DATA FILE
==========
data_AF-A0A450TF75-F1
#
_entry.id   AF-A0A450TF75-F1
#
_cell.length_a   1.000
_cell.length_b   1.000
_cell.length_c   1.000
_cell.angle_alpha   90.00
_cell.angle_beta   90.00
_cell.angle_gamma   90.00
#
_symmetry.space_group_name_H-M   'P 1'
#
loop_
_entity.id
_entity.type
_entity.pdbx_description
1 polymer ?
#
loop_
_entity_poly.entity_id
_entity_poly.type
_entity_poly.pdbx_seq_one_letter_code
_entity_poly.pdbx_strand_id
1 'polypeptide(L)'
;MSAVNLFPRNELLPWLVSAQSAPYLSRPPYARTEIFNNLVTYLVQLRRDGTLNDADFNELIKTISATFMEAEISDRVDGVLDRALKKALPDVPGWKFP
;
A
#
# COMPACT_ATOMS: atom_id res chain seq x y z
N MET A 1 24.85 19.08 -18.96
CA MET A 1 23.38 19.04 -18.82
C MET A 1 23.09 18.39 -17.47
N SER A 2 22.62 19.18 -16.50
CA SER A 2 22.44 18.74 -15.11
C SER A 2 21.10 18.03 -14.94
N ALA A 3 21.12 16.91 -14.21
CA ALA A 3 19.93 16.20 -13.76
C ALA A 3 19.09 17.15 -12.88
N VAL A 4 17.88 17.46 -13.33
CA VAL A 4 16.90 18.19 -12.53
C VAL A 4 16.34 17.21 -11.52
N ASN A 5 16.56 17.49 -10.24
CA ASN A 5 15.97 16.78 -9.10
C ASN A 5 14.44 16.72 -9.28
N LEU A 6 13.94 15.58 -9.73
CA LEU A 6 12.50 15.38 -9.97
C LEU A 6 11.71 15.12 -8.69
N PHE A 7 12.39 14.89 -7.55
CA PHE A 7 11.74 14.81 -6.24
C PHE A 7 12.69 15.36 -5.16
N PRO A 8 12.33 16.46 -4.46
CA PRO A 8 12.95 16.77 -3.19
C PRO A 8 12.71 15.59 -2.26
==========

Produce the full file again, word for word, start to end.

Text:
data_AF-A0A450TF75-F1
#
_entry.id   AF-A0A450TF75-F1
#
_cell.length_a   1.000
_cell.length_b   1.000
_cell.length_c   1.000
_cell.angle_alpha   90.00
_cell.angle_beta   90.00
_cell.angle_gamma   90.00
#
_symmetry.space_group_name_H-M   'P 1'
#
loop_
_entity.id
_entity.type
_entity.pdbx_description
1 polymer ?
#
loop_
_entity_poly.entity_id
_entity_poly.type
_entity_poly.pdbx_seq_one_letter_code
_entity_poly.pdbx_strand_id
1 'polypeptide(L)'
;MSAVNLFPRNELLPWLVSAQSAPYLSRPPYARTEIFNNLVTYLVQLRRDGTLNDADFNELIKTISATFMEAEISDRVDGVLDRALKKALPDVPGWKFP
;
A
#
# COMPACT_ATOMS: atom_id res chain seq x y z
N MET A 1 24.85 19.08 -18.96
CA MET A 1 23.38 19.04 -18.82
C MET A 1 23.09 18.39 -17.47
N SER A 2 22.62 19.18 -16.50
CA SER A 2 22.44 18.74 -15.11
C SER A 2 21.10 18.03 -14.94
N ALA A 3 21.12 16.91 -14.21
CA ALA A 3 19.93 16.20 -13.76
C ALA A 3 19.09 17.15 -12.88
N VAL A 4 17.88 17.46 -13.33
CA VAL A 4 16.90 18.19 -12.53
C VAL A 4 16.34 17.21 -11.52
N ASN A 5 16.56 17.49 -10.24
CA ASN A 5 15.97 16.78 -9.10
C ASN A 5 14.44 16.72 -9.28
N LEU A 6 13.94 15.58 -9.73
CA LEU A 6 12.50 15.38 -9.97
C LEU A 6 11.71 15.12 -8.69
N PHE A 7 12.39 14.89 -7.55
CA PHE A 7 11.74 14.81 -6.24
C PHE A 7 12.69 15.36 -5.16
N PRO A 8 12.33 16.46 -4.46
CA PRO A 8 12.95 16.77 -3.19
C PRO A 8 12.71 15.59 -2.26